Police chief: Bama Ride must follow rules to remain in business

By WVUA 23 Student Reporter Emily Benito

Tuscaloosa Police Chief Brent Blankley is responding to complaints made to his department about a local golf cart-based taxi service focused on serving the University of Alabama.

According to a Feb. 28 city resolution, the Tuscaloosa Police Department cited the low-speed vehicle taxicab company Bama Ride as a “public nuisance, dangerous to the public’s safety, health and welfare.”

Blankley said one of the major issues is employees are lacking a required chauffeur’s license. Bama Ride’s owner is aware of that requirement and has continued allowing employees to work without the license, Blankley said.

“At the time, Bama Ride was having people drive who did not have that,” Blankley said. “That’s a public safety issue. We went to try to revoke their business license because they have been warned multiple times.”

TPD said it notified Bama Ride owner Landon Vaughn that his employees cannot work without a chauffeur’s license. The licenses are filed with the Tuscaloosa Police Department and cost less than $100.

On Nov. 21, Vaughn was ticketed because Bama Ride drivers were still working without the license. That case is still pending in Tuscaloosa Municipal Court.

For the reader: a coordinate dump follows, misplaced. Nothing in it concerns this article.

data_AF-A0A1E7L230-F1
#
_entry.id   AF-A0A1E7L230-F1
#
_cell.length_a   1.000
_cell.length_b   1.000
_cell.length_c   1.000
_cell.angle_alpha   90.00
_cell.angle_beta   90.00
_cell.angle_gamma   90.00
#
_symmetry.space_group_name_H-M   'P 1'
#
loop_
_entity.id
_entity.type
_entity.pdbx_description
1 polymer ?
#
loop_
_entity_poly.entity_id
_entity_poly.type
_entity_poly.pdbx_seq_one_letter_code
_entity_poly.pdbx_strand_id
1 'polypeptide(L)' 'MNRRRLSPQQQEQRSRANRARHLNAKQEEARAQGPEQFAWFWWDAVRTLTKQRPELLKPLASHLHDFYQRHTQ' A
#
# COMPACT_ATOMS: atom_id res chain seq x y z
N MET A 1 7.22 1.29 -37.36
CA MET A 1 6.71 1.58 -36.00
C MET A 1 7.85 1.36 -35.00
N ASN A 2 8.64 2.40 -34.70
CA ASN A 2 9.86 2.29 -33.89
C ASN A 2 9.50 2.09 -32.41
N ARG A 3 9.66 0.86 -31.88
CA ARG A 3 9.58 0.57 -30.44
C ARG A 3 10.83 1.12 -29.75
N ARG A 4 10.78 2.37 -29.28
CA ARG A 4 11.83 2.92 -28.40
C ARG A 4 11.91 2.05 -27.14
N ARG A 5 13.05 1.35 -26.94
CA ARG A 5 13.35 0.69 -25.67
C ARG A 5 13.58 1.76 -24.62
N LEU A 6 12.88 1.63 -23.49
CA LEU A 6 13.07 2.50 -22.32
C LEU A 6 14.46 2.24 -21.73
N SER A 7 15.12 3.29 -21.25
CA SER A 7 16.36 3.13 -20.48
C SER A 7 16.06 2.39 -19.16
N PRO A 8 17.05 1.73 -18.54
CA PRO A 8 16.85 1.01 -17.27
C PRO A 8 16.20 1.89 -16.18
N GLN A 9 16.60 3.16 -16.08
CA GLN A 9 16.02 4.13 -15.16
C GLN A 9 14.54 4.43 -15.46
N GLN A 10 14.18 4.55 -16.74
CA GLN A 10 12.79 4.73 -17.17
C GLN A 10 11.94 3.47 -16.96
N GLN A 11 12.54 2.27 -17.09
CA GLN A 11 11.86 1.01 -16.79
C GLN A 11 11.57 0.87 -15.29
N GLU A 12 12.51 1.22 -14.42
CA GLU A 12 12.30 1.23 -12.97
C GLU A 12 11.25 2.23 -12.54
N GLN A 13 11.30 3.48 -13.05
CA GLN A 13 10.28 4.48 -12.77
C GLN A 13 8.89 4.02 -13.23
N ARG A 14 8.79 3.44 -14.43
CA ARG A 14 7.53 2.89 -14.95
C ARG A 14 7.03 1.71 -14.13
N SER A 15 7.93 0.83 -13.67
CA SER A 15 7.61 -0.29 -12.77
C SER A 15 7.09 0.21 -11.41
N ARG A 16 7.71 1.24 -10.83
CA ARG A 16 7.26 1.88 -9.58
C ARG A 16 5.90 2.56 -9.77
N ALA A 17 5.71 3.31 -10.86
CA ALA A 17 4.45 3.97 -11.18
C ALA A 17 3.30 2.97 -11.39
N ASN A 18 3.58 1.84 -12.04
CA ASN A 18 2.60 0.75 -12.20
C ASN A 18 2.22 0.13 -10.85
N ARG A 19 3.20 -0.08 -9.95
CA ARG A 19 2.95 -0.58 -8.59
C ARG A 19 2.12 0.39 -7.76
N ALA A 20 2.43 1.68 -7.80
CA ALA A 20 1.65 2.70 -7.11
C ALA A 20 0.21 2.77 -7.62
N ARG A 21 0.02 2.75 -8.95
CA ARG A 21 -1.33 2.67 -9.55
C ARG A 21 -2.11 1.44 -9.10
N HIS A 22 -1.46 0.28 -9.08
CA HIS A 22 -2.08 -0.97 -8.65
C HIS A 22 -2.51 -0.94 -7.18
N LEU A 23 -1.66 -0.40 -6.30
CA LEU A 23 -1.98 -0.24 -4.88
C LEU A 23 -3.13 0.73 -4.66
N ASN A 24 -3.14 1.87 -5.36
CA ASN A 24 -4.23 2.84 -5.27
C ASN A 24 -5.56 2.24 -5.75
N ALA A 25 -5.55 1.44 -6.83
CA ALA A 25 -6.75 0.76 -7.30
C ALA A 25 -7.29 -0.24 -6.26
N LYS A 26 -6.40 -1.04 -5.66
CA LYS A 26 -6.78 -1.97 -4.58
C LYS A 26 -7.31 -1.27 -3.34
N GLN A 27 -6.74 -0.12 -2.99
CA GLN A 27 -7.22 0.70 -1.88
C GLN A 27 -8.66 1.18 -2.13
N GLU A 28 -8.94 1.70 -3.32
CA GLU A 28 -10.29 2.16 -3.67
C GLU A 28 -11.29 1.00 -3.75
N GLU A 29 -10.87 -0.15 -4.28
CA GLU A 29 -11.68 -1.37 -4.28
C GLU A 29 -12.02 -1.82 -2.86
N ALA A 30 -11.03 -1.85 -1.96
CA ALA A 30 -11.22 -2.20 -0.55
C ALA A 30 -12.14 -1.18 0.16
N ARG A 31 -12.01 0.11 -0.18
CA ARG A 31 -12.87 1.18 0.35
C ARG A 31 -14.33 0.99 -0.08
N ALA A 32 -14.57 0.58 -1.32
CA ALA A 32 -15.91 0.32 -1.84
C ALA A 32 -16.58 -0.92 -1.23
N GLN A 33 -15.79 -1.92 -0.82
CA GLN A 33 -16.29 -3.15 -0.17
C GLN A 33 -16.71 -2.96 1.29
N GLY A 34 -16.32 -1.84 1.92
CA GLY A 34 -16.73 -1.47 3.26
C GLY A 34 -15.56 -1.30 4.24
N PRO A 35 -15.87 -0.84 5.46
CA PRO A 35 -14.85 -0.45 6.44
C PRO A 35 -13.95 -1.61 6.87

According to the complaint, one of the drivers attempting to get a chauffeur license was denied in November because police smelled marijuana when they were driving without a license earlier that month.

In December, that same driver was thrown out of their cart in a wreck. When police arrived, that driver was again ticketed for not having the chauffeur license, and Vaughn was ticketed for allowing the driver to drive without one.

The Tuscaloosa City Council last week decided the owner has six months to clean up Bama Ride’s act. If things don’t improve, his business license will be revoked.

“We have met with them and we have explained to them what they need to do correctly,” Blankley said. “They’ve brought some additional people in that we think are going to manage the business very well. The last thing we want to do is pull somebody’s business license. We want to work with people and get their businesses where they are safe for the community to use.”

Tuscaloosa City Council is expected to discuss the item again in August.

“The way I understand it is that there has been some good faith negotiations and we are going to give them what I was told is another chance,” said City Council President Kip Tyner. “And we’ll come back in six months and reevaluate the situation. Hopefully they will never lose their license.”

WVUA 23 reached out to Bama Ride via phone, but did not get a response.

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